Lossless data compression is a method of compressing digital data (video, audio, images, documents), using which, the encoded data can be precisely recovered bit by bit. In this case, the original data is completely restored from the compressed state. This type of compression is fundamentally different from the data compression with loss (lossy data compression). For each type of digital information, as a rule, there are optimal lossless compression algorithms.


Lossless data compression is used in many applications. For example, it’s used in all file archivers. It’s also used as a component in lossy compression. Lossless compression is used when the identity of the compressed data with the original state is important. A common example is executable files and source code. Some graphic file formats (for example, PNG) use only lossless compression, while others (TIFF, MNG or GIF) can use both lossy and lossless compression.

Most lossless compression algorithms work in two stages: the first stage generates a statistical model for incoming data, the second stage displays incoming data in a bit representation, using that model to obtain frequently encountered data that is used more often.

In general terms, the meaning of lossless data compression is as follows: in the initial data the compressor finds a certain regularity and, taking it into account, generates a bit sequence that fully describes the original one. For example, to encode binary sequences in which there are many zeros and few ones, this substitution can be used:

00 → 0
01 → 10
10 → 110
11 → 111
in this case, sixteen bits:
00 01 00 00 11 10 00 00
will be converted into thirteen bits:
0 10 0 0 111 110 0 0

Such a substitution is called the prefix code, that means it has this feature: if we write a compressed bit string without spaces, we can still place spaces in it later, and, therefore, restore the original sequence: 00100110111010 → |0|0|10|0|110|111|0|10|. The most famous prefix code is the Huffman code.

No lossless compression algorithm can efficiently compress all possible types of data. For this reason, many different algorithms exist that are designed either for a specific type of input data or with specific assumptions about what kinds of redundancy the uncompressed data is likely to contain. Some of the most common lossless compression algorithms:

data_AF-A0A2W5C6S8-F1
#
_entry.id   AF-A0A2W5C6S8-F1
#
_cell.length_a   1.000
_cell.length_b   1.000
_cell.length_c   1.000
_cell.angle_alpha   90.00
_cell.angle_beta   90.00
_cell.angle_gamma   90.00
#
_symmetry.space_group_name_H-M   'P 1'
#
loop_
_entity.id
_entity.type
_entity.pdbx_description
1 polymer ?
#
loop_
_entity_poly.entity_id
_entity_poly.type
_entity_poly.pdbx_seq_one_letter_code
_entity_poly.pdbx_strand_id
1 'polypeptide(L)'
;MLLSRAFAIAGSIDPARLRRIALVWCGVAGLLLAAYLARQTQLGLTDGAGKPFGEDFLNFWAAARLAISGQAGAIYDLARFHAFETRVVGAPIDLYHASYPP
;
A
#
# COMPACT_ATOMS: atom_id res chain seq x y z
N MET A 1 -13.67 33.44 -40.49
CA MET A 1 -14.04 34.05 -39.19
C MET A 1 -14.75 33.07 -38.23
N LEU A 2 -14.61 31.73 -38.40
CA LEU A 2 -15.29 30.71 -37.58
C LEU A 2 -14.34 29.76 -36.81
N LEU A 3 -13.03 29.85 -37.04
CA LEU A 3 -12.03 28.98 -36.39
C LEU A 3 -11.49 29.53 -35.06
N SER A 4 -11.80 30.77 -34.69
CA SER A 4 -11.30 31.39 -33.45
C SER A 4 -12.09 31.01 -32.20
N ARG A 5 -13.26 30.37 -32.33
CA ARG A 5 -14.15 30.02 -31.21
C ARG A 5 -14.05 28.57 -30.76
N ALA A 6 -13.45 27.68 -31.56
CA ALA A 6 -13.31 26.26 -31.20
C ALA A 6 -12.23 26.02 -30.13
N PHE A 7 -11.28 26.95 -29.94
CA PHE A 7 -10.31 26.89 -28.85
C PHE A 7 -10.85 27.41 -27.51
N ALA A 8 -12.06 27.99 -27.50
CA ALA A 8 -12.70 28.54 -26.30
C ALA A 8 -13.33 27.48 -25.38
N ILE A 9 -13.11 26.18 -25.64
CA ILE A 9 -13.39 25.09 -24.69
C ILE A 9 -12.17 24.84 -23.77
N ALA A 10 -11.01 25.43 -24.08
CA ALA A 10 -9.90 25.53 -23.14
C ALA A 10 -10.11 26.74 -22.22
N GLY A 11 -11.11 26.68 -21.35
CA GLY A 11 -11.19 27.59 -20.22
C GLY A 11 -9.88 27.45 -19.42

General purpose:

  • run-length encoding (RLE) is a simple scheme that provides good compression of data containing lots of runs of the same value
  • Huffman coding is used often in combination with other algorithms, used by Unix pack utility
  • prediction by partial matching (PPM) is optimized for compressing plain text
  • Lempel-Ziv compression (LZ77 and LZ78) is a dictionary-based algorithm that forms the basis for many other algorithms


  • Apple Lossless (ALAC, Apple Lossless Audio Codec)
  • Free Lossless Audio Codec (FLAC)
  • Meridian Lossless Packing (MLP)
  • Monkey’s Audio (Monkey’s Audio APE)
  • RealPlayer (RealAudio Lossless)
  • TTA (True Audio Lossless)
  • WavPack (WavPack lossless)
  • WMA Lossless (Windows Media Lossless)


  • PNG (Portable Network Graphics)
  • TIFF (Tagged Image File Format)
  • WebP (high-density lossless or lossy compression of RGB and RGBA images)
  • FLIF (Free Lossless Image Format)
  • TGA (Truevision TGA)
  • PCX (PiCture eXchange)
  • ILBM (lossless RLE compression of Amiga IFF images)


  • H.264 lossless
  • Apple Animation (QuickTime RLE)
  • Autodesk Animator Codec (AASC)
  • Huffyuv (or HuffYUV) was written by Ben Rudiak-Gould and published under the terms of the GNU GPL as free software, meant to replace uncompressed
  • YCbCr as a video capture format. It uses very little CPU but takes a lot of disk space.
  • MSU Lossless Video Codec

3D Graphics:

  • OpenCTM (lossless compression of 3D triangle meshes)

Related terms:

HTMLJavaScript, Apache, CSS

References and further reading:

Lossless compression
Lossless Data Compression
Data compression theory and algorithms
Universal lossless data compression algorithms
History of Lossless Data Compression Algorithms
Big Data. All You Wanted to Know but Were Afraid to Ask
5 Ways to Use JotForm to Manage Important Data